New Exxon Mobil CEO Echoes Rex Tillerson’s Skepticism On Climate Science

Darren Woods, who took over the oil giant after Tillerson became secretary of state, isn't likely to rock the boat.

Darren Woods, the new chief executive of Exxon Mobil Corp., mirrored his predecessor’s skeptical view on climate change in his first interview since taking over at the oil and gas giant.

Woods, who was promoted to CEO last month when Rex Tillerson stepped down to become secretary of state, acknowledged that unmitigated global warming poses risks that can’t be ignored. But he stopped short of recognizing emissions from burning fossil fuels as the chief cause.

“We understand there’s action needed to address the risk associated with that,” Woods said in a glowing 2,200-word profile published Monday morning by Forbes.

Under Tillerson, Exxon Mobil reversed decades of company policy by recognizing that the climate is indeed changing. In 2009, the Texas-based firm publicly backed putting a tax on carbon, a move that some saw as a distraction from congressional debate over a cap-and-trade bill. In 2015, the company supported the Paris climate agreement, the first global deal to cut greenhouse gases that included the U.S. and China, the world’s biggest polluters.

Yet as recently as 2016, Exxon Mobil was still paying millions to groups that either question fossil fuels’ role in climate change or deny the science outright. During the last two election cycles, the firm donated heavily to Republicans, who remain one of the only major political parties in the world to question climate science. Anti-climate hawks Rep. Lamar Smith (R-Texas) and Sen. Jim Inhofe (R-Okla.) were among those who benefited from Exxon Mobil’s largesse. Meanwhile, the company’s investments in renewable energy trail far behind those of industry rivals like Statoil, a Norwegian oil company that has emerged as a top player in the offshore wind sector.

That doesn’t appear likely to change under Woods. The 51-year-old is steeped in the culture of a company he was groomed for the past year to lead. Like his predecessor, he insists that shifting focus to zero-emission energy sources would strain energy resources and leave “millions” of people in poverty without access to affordable electricity or transportation.

“Whatever standard of living society decides is acceptable, there are people around the world who are below that standard,” Woods told Forbes, reflecting Exxon Mobil’s vision of itself as what Grist called “the savior of the world’s poor.” “What future do we hold for them?”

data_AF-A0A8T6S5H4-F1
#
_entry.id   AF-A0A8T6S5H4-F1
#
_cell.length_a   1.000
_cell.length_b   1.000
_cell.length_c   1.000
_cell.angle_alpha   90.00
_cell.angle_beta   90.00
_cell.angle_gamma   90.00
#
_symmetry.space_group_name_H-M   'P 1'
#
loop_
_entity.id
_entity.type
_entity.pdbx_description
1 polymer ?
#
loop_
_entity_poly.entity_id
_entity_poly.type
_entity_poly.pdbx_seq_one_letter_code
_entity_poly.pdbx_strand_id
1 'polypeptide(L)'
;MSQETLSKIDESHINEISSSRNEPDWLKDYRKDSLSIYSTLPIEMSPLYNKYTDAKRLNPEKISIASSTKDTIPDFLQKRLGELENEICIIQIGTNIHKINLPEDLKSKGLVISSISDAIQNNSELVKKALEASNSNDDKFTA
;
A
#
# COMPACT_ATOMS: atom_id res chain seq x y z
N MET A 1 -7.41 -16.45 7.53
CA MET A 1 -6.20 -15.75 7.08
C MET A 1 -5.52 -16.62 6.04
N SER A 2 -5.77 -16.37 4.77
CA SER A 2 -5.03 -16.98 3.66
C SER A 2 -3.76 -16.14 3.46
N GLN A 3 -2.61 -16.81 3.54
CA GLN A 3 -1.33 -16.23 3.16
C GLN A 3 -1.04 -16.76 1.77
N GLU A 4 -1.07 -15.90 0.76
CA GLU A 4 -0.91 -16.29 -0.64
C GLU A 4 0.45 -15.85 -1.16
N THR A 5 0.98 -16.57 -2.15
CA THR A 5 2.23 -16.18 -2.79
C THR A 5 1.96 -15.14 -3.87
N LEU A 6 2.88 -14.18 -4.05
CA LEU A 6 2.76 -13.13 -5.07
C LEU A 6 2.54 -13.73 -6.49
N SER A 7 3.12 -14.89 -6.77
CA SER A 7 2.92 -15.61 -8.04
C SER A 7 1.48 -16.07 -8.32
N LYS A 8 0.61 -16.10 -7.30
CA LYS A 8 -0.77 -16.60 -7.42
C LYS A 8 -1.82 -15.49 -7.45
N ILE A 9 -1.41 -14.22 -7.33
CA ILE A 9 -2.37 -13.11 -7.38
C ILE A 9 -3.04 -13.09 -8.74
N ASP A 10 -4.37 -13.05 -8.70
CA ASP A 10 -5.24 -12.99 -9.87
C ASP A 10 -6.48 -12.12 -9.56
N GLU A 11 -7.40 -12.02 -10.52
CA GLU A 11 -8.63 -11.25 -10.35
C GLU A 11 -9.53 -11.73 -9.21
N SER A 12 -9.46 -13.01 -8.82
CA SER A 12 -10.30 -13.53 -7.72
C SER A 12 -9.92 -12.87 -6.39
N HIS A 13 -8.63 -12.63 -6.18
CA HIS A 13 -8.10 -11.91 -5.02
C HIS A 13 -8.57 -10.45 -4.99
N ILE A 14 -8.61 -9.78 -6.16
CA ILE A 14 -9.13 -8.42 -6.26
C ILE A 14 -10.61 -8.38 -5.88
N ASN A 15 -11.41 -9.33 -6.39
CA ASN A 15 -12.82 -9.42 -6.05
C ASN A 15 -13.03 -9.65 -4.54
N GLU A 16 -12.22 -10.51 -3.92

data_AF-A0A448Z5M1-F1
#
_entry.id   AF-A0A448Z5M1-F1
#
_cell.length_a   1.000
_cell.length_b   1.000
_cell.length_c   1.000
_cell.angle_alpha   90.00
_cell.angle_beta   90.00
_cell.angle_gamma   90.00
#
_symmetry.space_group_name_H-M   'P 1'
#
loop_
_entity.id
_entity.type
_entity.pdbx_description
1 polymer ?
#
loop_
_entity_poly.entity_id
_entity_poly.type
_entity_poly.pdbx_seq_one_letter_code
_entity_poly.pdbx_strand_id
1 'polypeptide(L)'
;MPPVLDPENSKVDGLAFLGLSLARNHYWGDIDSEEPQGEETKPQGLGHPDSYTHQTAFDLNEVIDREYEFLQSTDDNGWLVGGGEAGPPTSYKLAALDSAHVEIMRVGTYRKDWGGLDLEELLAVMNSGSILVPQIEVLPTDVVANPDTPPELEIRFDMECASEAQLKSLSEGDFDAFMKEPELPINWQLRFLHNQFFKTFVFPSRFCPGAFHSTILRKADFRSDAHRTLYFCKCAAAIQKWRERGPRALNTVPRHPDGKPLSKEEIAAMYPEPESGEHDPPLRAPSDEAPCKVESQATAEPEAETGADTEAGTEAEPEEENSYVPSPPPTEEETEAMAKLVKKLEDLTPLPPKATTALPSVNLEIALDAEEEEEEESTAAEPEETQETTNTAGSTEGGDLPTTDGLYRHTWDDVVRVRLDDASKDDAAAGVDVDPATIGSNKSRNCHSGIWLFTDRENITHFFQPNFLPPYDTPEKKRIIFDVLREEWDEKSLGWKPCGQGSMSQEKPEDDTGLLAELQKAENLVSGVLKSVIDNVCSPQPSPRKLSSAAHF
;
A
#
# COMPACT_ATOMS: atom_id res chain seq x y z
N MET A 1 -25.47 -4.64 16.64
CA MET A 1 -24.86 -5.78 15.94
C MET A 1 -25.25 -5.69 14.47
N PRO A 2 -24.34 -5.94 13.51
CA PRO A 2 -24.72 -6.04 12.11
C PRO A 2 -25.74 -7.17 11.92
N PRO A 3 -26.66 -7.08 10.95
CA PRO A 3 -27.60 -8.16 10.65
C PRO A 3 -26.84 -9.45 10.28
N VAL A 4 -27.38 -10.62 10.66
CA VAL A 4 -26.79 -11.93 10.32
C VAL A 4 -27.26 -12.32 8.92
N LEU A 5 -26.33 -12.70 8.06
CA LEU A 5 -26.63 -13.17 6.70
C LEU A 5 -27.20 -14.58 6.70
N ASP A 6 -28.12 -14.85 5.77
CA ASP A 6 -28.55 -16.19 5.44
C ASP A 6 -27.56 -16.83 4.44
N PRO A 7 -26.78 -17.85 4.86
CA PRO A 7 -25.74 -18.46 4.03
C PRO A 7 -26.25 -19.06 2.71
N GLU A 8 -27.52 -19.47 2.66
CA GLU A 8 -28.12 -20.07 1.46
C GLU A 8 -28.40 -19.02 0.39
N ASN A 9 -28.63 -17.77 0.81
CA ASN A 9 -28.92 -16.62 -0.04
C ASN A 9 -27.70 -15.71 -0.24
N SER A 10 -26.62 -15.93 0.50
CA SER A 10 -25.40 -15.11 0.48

When asked for details about the company’s future policies, an Exxon Mobil spokesman referred The Huffington Post to a blog post Woods published last week.

The future of federal funding for climate research, renewable energy and environmental safeguards seems grim. The White House plans to announce deep cuts to the Environmental Protection Agency budget this week, potentially defanging the agency’s enforcement division. The cuts, part of an effort to divert federal spending to a $54 billion military buildup, could also affect funding for Department of Energy research into renewable technology. In the 2016 fiscal year, the agency spent over $2 billion on energy efficiency and clean energy, $1 billion on nuclear energy and just over $600 million on fossil fuels.

Such cuts would likely set back U.S. efforts to reduce greenhouse gases as part of its nonbinding commitment to the Paris accord, from which President Donald Trump has threatened to withdraw. Even if all 180-plus countries that signed the agreement took the full steps to slash their emissions, global temperatures would still be projected to soar past 2 degrees Celsius, or 3.6 degrees Fahrenheit, above pre-industrial levels. (The agreement includes a clause that calls for negotiating stricter targets every five years.) Under those conditions, extreme weather, flooding and drought would create millions of refugees and lead to environmental catastrophe, an overwhelming majority of scientists say.

Judging by his own words, Woods doesn’t buy it.

“Fossil fuels today have a role in our society because they bring great benefit. Yes there’s a cost to it, and our understanding of that cost has grown over the years,” Woods said. “But based on what we know today, you can’t eliminate the cost and keep the benefit. The unspoken word is that the benefits have to go away.”

But it may be Exxon Mobil that can’t bear those costs. The company saw a 45 percent drop in revenue over the past five years as it placed big bets on oil sands, a costly and especially dirty fuel source, and struggled amid low oil prices.

“Investors right now are getting less cash from Exxon than they have historically, and are likely to get less cash in the future,” Tom Sanzillo, director of finance at the nonprofit Institute for Energy Economics and Financial Analysis, told HuffPost in October. “This is going to be a much smaller company in the future, and the oil industry is going to be much smaller in the future.”



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